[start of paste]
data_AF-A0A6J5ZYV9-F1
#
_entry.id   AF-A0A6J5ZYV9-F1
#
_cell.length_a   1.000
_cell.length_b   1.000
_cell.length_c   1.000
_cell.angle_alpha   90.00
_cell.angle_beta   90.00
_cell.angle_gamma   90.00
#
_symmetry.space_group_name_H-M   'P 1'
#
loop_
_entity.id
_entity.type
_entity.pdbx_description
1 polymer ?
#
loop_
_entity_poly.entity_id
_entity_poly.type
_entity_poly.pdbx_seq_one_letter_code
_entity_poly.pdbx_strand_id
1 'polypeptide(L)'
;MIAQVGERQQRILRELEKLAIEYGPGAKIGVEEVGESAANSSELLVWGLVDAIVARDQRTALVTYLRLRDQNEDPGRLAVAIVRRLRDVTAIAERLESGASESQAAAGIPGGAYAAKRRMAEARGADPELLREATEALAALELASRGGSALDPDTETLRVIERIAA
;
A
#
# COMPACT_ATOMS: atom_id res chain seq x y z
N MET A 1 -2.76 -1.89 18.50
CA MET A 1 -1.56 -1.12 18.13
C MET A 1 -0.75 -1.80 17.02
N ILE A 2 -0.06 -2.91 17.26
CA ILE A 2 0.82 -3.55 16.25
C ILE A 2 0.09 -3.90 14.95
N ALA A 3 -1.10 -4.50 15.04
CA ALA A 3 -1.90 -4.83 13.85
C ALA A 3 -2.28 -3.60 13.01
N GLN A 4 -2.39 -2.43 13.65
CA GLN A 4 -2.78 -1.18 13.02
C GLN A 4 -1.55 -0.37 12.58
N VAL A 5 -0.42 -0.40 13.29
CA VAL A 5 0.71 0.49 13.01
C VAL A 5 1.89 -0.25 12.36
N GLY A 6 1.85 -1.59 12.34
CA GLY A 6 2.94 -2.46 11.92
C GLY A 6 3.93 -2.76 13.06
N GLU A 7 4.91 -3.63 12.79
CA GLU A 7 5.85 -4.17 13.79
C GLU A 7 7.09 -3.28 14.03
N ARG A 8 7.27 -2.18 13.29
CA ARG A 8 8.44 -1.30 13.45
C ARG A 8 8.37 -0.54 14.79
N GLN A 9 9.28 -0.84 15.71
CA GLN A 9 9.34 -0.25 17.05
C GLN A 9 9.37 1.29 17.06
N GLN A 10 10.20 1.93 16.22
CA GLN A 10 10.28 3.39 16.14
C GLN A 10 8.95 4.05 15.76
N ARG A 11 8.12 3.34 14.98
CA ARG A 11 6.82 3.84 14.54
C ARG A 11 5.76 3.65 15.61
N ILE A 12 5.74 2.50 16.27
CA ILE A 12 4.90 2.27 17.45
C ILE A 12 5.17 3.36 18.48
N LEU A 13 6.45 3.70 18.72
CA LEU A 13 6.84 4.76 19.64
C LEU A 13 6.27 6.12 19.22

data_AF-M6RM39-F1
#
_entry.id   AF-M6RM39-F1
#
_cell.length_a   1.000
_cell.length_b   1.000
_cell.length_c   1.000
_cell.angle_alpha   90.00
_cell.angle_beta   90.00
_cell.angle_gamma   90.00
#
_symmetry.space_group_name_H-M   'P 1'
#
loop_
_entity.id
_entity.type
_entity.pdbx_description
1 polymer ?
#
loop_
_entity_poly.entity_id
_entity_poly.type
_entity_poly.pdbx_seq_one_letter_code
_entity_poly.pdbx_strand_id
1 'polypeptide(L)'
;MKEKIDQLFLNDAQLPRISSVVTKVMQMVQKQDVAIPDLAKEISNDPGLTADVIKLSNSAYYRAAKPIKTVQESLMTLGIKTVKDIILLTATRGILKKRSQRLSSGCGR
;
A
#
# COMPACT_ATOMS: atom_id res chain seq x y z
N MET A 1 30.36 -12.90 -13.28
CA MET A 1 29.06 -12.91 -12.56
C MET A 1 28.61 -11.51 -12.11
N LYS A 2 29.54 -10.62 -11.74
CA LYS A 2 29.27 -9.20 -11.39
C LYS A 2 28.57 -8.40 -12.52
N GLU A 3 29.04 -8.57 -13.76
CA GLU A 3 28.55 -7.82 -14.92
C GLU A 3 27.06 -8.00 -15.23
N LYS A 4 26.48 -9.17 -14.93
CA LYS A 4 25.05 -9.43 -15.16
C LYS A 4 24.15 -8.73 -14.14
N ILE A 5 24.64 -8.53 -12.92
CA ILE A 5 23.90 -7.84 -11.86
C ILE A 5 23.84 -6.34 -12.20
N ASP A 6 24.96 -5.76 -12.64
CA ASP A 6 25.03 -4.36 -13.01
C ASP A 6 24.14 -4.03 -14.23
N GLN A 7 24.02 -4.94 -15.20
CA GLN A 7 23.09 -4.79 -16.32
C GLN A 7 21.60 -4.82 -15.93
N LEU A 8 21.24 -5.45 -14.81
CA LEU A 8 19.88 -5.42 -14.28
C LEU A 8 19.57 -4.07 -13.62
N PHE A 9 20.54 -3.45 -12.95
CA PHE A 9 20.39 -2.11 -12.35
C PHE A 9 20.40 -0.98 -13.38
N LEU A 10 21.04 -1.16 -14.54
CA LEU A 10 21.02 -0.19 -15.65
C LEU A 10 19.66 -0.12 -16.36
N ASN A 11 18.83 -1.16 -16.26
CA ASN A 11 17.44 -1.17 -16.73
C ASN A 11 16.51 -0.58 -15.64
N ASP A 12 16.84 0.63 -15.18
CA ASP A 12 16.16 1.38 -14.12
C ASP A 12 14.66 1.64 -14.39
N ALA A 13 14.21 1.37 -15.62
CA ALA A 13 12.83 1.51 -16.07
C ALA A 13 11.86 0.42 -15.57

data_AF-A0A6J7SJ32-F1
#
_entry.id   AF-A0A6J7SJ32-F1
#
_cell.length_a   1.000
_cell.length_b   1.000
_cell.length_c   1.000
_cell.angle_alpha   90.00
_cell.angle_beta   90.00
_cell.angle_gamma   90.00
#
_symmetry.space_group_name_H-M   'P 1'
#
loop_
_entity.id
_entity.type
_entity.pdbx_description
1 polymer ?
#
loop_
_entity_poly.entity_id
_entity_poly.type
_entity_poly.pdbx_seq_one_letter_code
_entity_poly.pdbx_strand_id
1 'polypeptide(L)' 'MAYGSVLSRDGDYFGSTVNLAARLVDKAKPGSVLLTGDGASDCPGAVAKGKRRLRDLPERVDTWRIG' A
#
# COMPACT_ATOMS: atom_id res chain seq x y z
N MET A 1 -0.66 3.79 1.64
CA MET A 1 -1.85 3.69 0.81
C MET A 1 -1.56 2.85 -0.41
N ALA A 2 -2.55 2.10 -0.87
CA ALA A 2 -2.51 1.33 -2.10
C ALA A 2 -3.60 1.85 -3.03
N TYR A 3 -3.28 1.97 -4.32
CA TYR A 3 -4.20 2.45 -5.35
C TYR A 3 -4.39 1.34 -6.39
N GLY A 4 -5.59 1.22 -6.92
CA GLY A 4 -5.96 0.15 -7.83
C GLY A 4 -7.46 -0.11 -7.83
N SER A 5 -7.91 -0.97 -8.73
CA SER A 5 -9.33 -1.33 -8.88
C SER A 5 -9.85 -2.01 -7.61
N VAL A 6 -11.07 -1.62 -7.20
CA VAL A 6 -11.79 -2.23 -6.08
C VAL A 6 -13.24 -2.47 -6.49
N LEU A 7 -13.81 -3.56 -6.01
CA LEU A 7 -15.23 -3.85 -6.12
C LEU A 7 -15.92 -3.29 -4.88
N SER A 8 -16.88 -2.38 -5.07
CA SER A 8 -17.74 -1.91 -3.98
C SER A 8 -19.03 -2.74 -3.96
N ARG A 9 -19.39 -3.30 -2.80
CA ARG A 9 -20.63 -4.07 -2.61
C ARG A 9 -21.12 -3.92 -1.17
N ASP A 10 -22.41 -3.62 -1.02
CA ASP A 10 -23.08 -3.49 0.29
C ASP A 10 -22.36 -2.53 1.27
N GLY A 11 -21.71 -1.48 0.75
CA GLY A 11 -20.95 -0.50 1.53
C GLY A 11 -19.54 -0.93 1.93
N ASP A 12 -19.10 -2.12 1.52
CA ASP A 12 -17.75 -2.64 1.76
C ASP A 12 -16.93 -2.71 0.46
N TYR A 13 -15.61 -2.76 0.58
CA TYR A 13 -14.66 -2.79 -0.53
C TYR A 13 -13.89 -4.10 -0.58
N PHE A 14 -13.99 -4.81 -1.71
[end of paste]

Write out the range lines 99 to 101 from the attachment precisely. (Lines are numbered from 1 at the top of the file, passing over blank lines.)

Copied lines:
# COMPACT_ATOMS: atom_id res chain seq x y z
N MET A 1 30.36 -12.90 -13.28
CA MET A 1 29.06 -12.91 -12.56